First Woman to Have Non-Surgical Heart Repair Feels Lucky
Mary Ann Bernal, 70, of Niles, is the first woman in the United States to have her heart’s mitral valve repaired with a new device that can be positioned without surgery. On Jan 28, 2004, Mary Ann underwent an experimental procedure in which her valve was repaired with a tiny metallic clip that was fed via catheter through a small groin incision. The clip is being tested in a Phase I clinical trial led by Ted Feldman, MD, Director of Evanston Hospital’s Cardiac Catheterization Lab. NorthShore University HealthSystem is one of only 7 centers nationwide that are taking part in the study.
When she first had heart trouble, tests showed that Mary Ann’s mitral valve was not closing properly, creating a condition known as mitral regurgitation. She was told that eventually, her heart’s decreased pumping capacity would lead to heart failure. The only way to avoid this fate, her doctor said, was to have major open-heart surgery to repair the valve.
Her cardiologist evaluated her heart again last December when Mary Ann felt that she didn’t have as much energy while exercising. “He said, ‘Your heart was bad before. Now it’s terrible,’” she recalls. Mary Ann remembered seeing a news item about a non-surgical mitral valve repair and asked to be considered for it. She was happy to learn that Evanston Hospital was one of only seven centers nationwide who are offering the procedure. She had a series of tests and was elated to learn that she was selected as a candidate for the study.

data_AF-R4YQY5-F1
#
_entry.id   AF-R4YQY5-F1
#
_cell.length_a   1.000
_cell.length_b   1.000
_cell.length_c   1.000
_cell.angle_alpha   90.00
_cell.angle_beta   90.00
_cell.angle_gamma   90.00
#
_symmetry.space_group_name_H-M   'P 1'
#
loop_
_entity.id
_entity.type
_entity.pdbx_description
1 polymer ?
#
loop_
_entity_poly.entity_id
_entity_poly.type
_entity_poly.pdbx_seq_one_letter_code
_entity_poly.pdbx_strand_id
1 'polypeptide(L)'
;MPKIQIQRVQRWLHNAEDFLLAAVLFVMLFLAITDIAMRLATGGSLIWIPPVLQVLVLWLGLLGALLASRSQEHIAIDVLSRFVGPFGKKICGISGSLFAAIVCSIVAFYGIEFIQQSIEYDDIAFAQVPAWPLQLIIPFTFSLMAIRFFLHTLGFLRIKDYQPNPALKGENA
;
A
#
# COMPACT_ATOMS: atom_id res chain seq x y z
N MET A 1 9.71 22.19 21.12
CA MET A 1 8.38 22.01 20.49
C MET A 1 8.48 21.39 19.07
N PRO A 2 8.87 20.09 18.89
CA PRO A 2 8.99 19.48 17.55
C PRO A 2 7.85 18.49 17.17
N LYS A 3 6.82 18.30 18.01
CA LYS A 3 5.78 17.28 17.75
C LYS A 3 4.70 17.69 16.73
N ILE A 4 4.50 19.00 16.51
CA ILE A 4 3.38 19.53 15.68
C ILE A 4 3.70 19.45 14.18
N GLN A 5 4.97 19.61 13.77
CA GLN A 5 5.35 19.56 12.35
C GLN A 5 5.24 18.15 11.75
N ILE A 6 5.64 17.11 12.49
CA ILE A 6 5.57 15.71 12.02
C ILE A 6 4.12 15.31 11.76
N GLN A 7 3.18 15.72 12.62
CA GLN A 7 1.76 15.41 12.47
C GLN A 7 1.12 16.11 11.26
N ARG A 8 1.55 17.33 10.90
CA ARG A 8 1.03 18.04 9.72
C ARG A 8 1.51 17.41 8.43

“I talked to Dr. Feldman and after hearing him, I didn’t give it a second thought. The procedure went well. I only stayed in the hospital for one night. Within a week, I was back to my normal routine and I feel wonderful,” Mary Ann says, who has returned to exercising.
“I just feel glad that I was chosen for the study and I didn’t have to go through surgery. It was like I won the Lottery,” she adds.
To be eligible for the investigational procedure, candidates must have moderate to severe or severe mitral regurgitation and be experiencing symptoms (fatigue, chest pain, shortness of breath); or, lacking these symptoms, they must have a weakened left ventricle (heart muscle).
Chronic mitral regurgitation is a progressive disorder that affects approximately 4 million people in the United States. Approximately 250,000 patients develop significant mitral regurgitation annually in the US. Those with significant mitral regurgitation eventually become so weakened by the condition that they require open-heart surgery with cardiopulmonary bypass. Approximately 50,000 people a year have open, arrested-heart mitral valve surgery.
For information about this study, known as the Evalve trial, phone 847.570.2366.
Read more about current clinical trials